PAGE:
Councilmember Vas Dupre noted the reference to the "BID" (Business Improvement Districts) concept which is used in other cities and asked for information regarding this concept. Mr. Chouteau explained that this concept was utilized; i.e., when the DDA (Downtown Development Association) was the organization that fulfilled that function for the City. Since then, the DDA has been disbanded and that format is no longer being used by the City. Although there have been some discussions about reimplementing that concept, no final decision has been reached as to what the mechanism should be to have a unified body Downtown. He noted that one major issue is the resistance to mandatory assessments.

Mr. Facas said the DPC wrestled with that issue when they dealt with the structure issue. They felt that this is not the appropriate time to reinstate a BID or an assessment district. Instead, the DPC went to the model of a Downtown association with voluntary membership.

Mayor Condron noted that the question was raised as to when the parking signs will be installed and asked to be provided with that schedule. She also noted that Council was informed that security was increasing in the garages during the holidays. Council was to revisit that issue after the holidays. She said that some of the changes related to parking have resulted in increased income. Therefore, she recommends that level of security be maintained after the holidays. She said she would like Council to address these two issues further.

Councilmember Wright referred to the recommendation to appoint a parking committee and reminded Council of the difficulties related to the parking committee which operated in the past. She asked for clarification as to the purpose of the parking committee now being proposed. Mr. Facas responded that the parking subcommittee felt strongly there were issues they were dealing with which could not be solved in a one- or two-year span of time. Therefore, while they are open to considering establishing a time frame for a parking committee, they felt an immediate need for an ongoing liaison to study the outstanding issues and work in conjunction with the Transit and Parking Department. Councilmember Wright said she wants Council to be clear as to what form this committee will take if they adopt this recommendation. In other words, is the recommendation to advertise and use the same form to appoint those committee members as for other boards and commissions? Mr. Facas said the DPC is not suggesting that that process be used.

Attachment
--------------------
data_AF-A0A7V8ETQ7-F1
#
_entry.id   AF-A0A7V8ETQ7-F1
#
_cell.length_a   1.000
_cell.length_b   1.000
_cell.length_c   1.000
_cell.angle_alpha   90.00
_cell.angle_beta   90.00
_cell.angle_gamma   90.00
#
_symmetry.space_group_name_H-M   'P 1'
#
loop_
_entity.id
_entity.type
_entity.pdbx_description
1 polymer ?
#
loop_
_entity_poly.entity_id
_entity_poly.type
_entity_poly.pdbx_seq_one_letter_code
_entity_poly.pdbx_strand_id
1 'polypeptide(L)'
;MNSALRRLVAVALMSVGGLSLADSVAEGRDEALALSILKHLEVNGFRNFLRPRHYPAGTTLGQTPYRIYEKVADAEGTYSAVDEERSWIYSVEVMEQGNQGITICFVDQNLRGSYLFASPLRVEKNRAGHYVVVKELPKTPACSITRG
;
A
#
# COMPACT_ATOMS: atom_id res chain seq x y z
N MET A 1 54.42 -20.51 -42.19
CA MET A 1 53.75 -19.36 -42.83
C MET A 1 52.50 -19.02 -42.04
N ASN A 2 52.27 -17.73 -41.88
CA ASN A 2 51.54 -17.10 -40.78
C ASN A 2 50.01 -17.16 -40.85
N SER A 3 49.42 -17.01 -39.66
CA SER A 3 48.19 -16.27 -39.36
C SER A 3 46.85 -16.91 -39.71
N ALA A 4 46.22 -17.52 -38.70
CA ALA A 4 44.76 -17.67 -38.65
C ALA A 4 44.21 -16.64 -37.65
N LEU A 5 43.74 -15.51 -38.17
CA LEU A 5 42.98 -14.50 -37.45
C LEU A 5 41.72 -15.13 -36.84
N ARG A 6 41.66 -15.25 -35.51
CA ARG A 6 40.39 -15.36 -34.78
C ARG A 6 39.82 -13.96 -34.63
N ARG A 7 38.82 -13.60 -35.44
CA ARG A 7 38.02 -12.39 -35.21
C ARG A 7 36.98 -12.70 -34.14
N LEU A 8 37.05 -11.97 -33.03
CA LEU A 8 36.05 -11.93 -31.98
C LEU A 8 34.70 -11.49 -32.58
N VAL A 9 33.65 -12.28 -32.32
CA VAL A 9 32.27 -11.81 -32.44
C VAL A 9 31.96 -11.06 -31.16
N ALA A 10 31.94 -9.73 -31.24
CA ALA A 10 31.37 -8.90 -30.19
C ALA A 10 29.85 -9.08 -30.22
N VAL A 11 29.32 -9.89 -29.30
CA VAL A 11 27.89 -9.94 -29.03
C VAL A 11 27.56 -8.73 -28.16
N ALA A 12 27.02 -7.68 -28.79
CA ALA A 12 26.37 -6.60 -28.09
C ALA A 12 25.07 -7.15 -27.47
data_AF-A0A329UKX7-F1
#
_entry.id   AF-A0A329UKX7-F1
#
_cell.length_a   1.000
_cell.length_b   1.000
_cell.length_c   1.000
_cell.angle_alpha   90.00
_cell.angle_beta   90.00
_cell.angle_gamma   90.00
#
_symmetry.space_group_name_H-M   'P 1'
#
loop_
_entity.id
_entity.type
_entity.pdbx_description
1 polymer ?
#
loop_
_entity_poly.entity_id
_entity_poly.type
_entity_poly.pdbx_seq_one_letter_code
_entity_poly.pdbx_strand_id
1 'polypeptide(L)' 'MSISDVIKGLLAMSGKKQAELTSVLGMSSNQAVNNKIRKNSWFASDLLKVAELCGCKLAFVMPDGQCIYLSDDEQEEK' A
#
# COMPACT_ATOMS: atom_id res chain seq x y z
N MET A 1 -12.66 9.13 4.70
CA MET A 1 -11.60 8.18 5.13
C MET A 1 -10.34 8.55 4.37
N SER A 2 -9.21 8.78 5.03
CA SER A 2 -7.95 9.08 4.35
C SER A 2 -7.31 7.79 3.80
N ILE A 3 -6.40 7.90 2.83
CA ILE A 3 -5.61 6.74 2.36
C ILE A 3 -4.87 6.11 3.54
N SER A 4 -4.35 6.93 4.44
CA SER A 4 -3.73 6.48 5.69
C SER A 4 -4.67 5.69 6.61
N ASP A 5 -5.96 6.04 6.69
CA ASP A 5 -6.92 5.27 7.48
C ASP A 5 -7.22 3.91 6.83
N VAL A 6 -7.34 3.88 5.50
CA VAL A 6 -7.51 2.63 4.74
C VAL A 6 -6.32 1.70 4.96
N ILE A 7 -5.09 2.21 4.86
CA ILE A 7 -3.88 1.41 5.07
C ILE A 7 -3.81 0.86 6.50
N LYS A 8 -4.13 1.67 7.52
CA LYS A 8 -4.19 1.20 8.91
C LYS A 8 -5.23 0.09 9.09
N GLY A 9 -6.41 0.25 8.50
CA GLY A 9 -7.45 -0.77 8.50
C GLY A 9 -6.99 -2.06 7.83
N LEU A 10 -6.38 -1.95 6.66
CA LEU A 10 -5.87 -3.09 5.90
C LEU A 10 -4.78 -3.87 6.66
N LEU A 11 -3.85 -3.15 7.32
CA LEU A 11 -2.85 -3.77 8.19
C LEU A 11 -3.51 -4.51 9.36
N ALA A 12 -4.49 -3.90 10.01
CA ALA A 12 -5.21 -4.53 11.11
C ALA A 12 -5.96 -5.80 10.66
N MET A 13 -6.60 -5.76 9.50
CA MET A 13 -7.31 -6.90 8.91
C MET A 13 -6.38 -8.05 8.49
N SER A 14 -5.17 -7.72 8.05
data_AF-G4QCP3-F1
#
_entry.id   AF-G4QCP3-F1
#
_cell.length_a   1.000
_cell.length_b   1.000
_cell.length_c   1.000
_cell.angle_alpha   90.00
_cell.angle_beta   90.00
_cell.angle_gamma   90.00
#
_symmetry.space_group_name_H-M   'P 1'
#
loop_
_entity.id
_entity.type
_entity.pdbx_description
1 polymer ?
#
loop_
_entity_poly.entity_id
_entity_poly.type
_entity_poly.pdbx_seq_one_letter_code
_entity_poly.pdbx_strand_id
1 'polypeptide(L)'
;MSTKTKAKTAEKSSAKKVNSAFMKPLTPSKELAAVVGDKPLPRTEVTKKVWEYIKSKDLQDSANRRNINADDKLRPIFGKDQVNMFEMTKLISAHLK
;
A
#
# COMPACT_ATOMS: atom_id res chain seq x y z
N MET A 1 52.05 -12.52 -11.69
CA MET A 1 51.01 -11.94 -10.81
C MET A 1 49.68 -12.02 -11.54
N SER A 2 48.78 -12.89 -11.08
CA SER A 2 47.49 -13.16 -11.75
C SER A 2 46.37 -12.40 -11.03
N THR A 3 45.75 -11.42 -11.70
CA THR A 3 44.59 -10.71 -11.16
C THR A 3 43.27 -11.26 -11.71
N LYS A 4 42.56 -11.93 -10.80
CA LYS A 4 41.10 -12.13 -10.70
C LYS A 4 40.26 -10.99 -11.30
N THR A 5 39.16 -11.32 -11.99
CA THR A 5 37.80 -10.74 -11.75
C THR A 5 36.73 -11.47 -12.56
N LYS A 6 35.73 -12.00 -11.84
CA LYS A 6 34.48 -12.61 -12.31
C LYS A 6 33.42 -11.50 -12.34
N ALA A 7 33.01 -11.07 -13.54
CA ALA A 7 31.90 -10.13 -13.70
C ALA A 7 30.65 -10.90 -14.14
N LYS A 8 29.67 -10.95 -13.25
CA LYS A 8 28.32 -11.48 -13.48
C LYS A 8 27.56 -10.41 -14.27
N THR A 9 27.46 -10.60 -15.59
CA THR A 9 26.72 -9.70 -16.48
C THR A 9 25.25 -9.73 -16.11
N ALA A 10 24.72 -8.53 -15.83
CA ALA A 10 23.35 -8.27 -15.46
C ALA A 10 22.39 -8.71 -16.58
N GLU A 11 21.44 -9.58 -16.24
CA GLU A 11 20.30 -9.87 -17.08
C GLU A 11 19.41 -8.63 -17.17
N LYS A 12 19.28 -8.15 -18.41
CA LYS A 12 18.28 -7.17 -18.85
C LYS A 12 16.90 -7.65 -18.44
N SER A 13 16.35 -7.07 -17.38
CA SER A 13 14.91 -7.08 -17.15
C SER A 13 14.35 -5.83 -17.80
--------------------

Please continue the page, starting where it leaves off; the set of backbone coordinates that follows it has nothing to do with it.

Mayor Condron suggested that, and explained why, it may be feasible to maintain the parking subcommittee, with representation from the Downtown and Railroad Square, to work in cooperation with the Transit and Parking Department. Mr. Facas indicated that the parking subcommittee will remain in existence as long as the DPC does and said this issue could be revisited at that time.

Councilmember Wright said she would support maintaining the existing subcommittee and providing staff liaison to accomplish the parking-related goals.

Duane DeWitt said that at a Downtown Improvement Task Force meetings four years ago he had suggested more interests be represented. He said there should be more involvement of customers and citizens from various neighborhoods. In support of this suggestion, he referred to R/UDAT Recommendation #9. He referred to City Vision's proposed organization and said it seems rather limiting. He suggested that "outsiders" could add to this process. He asked Council to ensure that citizens/members of the community be appointed.

Mayor Condron said that the make up of the City Vision committees is being determined, largely, by the City Vision Steering Committee. The DPC is in the final stages of wrapping up and is presenting their recommendations. Council will be looking at the future format the DPC. She said seeking public input is part of the City Vision recommendation. She clarified that the appointments to City Boards and Commissions which were ratified by Council today were for those members who will continue to serve. The City will be advertising for new openings and will reach out to as many members of the public as possible.